Student evaluations of teaching play a crucial role in professional and course development and in the personnel review process. If they are to be useful, it is important that the data they provide be as accurate as possible. Unfortunately, students are not always motivated to complete them, perhaps because they don’t realize their voice is valued in this process. It is also well-documented that response rates for online evaluations are lower than for in-person administration. There are concrete strategies available to increase participation; however, and research points to creating a positive classroom culture and having explicit discussions of evaluations and specific ways they have been/will be used to inform courses as particularly effective (Chapman & Joines, 2017). A summary of some additional techniques is included below.
- Make an announcement about evaluations in person (if possible) and in your Canvas course. Do this at the beginning and near the end of the survey period. Be sure to explain why student feedback is important and give specific examples of how you have used it in the past to revise classes. If you are teaching online, you could accomplish this with a short video.
- Provide some time in class or a space online for students to ask questions about evaluations and their uses at UWGB.
- Allow students time in class to complete their surveys, making sure to leave the “room” when you do. You should not be present when students complete evaluations. If you do provide time, note that ending class early to do so may only result in students leaving. In online courses, you might factor additional time for evaluations into your calculations of workload for the week and let students know that.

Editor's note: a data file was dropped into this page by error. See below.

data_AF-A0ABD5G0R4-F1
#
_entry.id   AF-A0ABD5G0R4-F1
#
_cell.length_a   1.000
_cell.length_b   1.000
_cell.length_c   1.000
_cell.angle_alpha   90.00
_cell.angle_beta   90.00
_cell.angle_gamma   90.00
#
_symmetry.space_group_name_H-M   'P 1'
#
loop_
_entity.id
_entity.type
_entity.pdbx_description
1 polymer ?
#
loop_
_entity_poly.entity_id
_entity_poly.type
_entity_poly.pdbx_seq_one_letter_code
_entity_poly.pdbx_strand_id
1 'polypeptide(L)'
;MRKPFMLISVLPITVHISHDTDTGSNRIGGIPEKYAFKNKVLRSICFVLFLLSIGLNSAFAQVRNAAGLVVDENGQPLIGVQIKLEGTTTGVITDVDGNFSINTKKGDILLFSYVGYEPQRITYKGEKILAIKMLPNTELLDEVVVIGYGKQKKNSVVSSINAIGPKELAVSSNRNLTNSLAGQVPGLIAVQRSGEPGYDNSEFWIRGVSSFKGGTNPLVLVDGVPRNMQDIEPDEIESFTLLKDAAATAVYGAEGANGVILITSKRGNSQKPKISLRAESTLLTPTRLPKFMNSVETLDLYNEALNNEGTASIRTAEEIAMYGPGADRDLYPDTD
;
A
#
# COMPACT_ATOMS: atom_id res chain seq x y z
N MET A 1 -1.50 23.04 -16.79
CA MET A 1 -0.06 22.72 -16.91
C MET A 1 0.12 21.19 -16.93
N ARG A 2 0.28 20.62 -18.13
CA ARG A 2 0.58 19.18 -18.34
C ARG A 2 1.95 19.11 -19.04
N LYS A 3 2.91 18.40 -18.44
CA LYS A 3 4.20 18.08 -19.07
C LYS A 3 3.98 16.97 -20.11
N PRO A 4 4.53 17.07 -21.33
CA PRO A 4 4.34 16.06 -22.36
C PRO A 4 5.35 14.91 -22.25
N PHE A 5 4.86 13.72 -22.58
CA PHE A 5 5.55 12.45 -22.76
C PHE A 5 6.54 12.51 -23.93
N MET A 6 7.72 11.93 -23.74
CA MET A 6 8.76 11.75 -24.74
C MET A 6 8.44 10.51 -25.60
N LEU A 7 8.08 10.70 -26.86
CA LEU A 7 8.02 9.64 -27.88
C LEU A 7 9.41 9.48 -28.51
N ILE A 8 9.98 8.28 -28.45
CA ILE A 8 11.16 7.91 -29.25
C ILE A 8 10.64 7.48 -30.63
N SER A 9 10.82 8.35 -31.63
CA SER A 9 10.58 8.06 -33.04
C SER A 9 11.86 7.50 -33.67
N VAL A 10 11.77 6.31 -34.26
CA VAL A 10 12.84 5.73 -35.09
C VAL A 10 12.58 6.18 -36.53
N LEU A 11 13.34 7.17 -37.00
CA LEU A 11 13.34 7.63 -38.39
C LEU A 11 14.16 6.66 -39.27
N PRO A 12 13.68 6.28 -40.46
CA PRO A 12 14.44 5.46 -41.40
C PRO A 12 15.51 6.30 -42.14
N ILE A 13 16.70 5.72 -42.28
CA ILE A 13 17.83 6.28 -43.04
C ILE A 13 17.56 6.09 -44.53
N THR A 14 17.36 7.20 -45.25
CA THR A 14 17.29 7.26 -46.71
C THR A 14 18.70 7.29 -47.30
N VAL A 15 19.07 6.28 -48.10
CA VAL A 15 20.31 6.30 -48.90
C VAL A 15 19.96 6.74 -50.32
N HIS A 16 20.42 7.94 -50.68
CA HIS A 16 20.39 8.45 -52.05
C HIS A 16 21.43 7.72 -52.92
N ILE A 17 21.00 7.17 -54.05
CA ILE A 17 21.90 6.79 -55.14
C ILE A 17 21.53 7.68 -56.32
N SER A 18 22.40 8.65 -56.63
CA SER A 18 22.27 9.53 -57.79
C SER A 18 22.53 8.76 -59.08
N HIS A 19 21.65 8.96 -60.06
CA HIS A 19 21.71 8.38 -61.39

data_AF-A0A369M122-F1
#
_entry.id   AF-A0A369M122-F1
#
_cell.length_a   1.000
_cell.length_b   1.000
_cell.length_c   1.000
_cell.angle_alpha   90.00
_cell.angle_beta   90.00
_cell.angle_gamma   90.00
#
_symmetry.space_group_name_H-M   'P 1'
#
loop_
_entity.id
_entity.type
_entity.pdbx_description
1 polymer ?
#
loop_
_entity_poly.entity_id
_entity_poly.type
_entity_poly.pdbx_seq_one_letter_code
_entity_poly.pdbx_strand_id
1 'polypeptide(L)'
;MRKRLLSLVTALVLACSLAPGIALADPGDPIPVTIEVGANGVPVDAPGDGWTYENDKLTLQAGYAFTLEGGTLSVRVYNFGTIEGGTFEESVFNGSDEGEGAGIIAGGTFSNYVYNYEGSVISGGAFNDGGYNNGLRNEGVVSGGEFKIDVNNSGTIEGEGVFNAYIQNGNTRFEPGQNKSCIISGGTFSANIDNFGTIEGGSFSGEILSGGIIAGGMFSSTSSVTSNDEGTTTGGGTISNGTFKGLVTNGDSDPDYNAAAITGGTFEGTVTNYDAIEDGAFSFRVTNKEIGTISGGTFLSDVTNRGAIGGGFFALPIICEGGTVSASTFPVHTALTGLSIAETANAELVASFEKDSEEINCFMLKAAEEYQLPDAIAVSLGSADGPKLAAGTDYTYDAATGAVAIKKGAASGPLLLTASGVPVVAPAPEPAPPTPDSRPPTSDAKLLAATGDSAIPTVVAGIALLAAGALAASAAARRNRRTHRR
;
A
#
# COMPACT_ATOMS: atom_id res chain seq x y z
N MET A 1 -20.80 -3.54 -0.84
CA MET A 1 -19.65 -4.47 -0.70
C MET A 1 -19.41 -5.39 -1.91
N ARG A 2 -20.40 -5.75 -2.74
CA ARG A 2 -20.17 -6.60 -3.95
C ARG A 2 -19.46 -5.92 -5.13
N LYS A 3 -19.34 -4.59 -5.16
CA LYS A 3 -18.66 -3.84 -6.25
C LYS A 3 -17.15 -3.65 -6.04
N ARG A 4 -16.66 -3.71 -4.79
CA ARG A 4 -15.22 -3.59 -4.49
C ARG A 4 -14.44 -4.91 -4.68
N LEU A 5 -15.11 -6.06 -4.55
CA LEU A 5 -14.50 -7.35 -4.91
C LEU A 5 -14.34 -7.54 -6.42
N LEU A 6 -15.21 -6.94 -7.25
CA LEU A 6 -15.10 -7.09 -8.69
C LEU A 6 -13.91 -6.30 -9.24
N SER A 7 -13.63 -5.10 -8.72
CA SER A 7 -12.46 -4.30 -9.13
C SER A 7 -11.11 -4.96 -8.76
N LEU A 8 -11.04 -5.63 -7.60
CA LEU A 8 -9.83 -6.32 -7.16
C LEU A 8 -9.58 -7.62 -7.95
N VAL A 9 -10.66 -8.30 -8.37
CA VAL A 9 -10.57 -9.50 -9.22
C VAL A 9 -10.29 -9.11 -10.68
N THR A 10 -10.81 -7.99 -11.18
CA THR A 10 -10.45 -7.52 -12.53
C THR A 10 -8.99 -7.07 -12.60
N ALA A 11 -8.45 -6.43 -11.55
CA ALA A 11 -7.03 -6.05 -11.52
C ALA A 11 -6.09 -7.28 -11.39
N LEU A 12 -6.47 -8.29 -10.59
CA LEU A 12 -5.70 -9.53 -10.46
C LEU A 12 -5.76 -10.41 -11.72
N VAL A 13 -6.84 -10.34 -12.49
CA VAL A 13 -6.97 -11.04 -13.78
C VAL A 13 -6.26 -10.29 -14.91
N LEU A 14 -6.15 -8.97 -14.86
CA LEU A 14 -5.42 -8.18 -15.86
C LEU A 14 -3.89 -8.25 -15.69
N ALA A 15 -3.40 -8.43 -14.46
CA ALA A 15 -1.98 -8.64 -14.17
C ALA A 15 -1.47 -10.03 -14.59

- Assure students that the surveys are anonymous. Reinforce the point by leaving the physical or Zoom room when the students take them.
- Include the direct link or QR code for your specific course evaluation in the Canvas announcement. You might also attach this helpful Knowledge Base article so students know how to locate the surveys for all their classes or even show in-person students where to find the necessary information.
- Put “Complete Course Evaluation” as a task in your Canvas shell and include it on the calendar so it shows up on students’ “To Do” list for the class.
- Bring the topic of the evaluations up several times during the period they are open, so they remain top of mind for students, even if you’ve already allowed time to complete them in class.
- Monitor overall response rates for your classes during the open period. Ethically, you cannot award credit for completing an evaluation, and remember they are anonymous. You can, though, make classes aware of response rates and even create a contest between course sections to see who can achieve the highest overall response rate by a specific date. Offer a non-tangible prize to the winning class, such as bragging rights or a choice on a final assignment.
- Throughout the semester, foster an environment of open communication and respect with students, which may motivate them to see their feedback as valued and worth taking the time to provide for you.
Chapman, D.D., & Joines, J.A. (2017). Strategies for increasing response rates for online end-of-course evaluations. International Journal of Teaching and Learning in Higher Education, 29(1), 47-60. http://www.isetl.org/ijtlhe/